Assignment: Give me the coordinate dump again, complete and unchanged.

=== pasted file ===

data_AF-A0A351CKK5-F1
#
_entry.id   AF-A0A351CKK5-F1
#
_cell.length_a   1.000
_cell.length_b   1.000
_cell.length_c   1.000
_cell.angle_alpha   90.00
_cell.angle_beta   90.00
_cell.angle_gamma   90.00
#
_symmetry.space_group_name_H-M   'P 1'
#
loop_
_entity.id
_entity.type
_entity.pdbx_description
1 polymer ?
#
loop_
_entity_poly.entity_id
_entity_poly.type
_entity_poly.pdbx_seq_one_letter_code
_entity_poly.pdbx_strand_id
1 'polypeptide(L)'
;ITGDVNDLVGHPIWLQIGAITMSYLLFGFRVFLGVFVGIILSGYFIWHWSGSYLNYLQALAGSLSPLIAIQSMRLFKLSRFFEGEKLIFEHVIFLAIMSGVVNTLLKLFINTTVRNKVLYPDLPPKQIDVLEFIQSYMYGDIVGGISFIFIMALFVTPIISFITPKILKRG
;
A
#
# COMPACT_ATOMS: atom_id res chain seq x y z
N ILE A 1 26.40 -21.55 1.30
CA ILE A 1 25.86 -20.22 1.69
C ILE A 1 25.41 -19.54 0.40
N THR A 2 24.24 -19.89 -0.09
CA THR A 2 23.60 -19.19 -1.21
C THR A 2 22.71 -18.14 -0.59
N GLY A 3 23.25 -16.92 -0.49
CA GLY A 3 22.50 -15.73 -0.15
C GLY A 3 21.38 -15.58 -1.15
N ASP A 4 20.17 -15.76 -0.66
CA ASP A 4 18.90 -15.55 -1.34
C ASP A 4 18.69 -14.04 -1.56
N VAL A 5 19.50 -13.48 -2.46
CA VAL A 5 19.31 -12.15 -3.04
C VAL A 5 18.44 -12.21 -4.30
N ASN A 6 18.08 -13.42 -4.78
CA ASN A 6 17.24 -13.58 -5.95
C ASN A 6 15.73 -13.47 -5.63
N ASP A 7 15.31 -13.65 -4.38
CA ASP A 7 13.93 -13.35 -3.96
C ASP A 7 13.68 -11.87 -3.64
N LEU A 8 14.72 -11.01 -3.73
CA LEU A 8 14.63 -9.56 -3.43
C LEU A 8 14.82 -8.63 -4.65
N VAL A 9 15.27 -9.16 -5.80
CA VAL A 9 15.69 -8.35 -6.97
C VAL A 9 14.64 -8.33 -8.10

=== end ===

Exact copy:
data_AF-A0A351CKK5-F1
#
_entry.id   AF-A0A351CKK5-F1
#
_cell.length_a   1.000
_cell.length_b   1.000
_cell.length_c   1.000
_cell.angle_alpha   90.00
_cell.angle_beta   90.00
_cell.angle_gamma   90.00
#
_symmetry.space_group_name_H-M   'P 1'
#
loop_
_entity.id
_entity.type
_entity.pdbx_description
1 polymer ?
#
loop_
_entity_poly.entity_id
_entity_poly.type
_entity_poly.pdbx_seq_one_letter_code
_entity_poly.pdbx_strand_id
1 'polypeptide(L)'
;ITGDVNDLVGHPIWLQIGAITMSYLLFGFRVFLGVFVGIILSGYFIWHWSGSYLNYLQALAGSLSPLIAIQSMRLFKLSRFFEGEKLIFEHVIFLAIMSGVVNTLLKLFINTTVRNKVLYPDLPPKQIDVLEFIQSYMYGDIVGGISFIFIMALFVTPIISFITPKILKRG
;
A
#
# COMPACT_ATOMS: atom_id res chain seq x y z
N ILE A 1 26.40 -21.55 1.30
CA ILE A 1 25.86 -20.22 1.69
C ILE A 1 25.41 -19.54 0.40
N THR A 2 24.24 -19.89 -0.09
CA THR A 2 23.60 -19.19 -1.21
C THR A 2 22.71 -18.14 -0.59
N GLY A 3 23.25 -16.92 -0.49
CA GLY A 3 22.50 -15.73 -0.15
C GLY A 3 21.38 -15.58 -1.15
N ASP A 4 20.17 -15.76 -0.66
CA ASP A 4 18.90 -15.55 -1.34
C ASP A 4 18.69 -14.04 -1.56
N VAL A 5 19.50 -13.48 -2.46
CA VAL A 5 19.31 -12.15 -3.04
C VAL A 5 18.44 -12.21 -4.30
N ASN A 6 18.08 -13.42 -4.78
CA ASN A 6 17.24 -13.58 -5.95
C ASN A 6 15.73 -13.47 -5.63
N ASP A 7 15.31 -13.65 -4.38
CA ASP A 7 13.93 -13.35 -3.96
C ASP A 7 13.68 -11.87 -3.64
N LEU A 8 14.72 -11.01 -3.73
CA LEU A 8 14.63 -9.56 -3.43
C LEU A 8 14.82 -8.63 -4.65
N VAL A 9 15.27 -9.16 -5.80
CA VAL A 9 15.69 -8.35 -6.97
C VAL A 9 14.64 -8.33 -8.10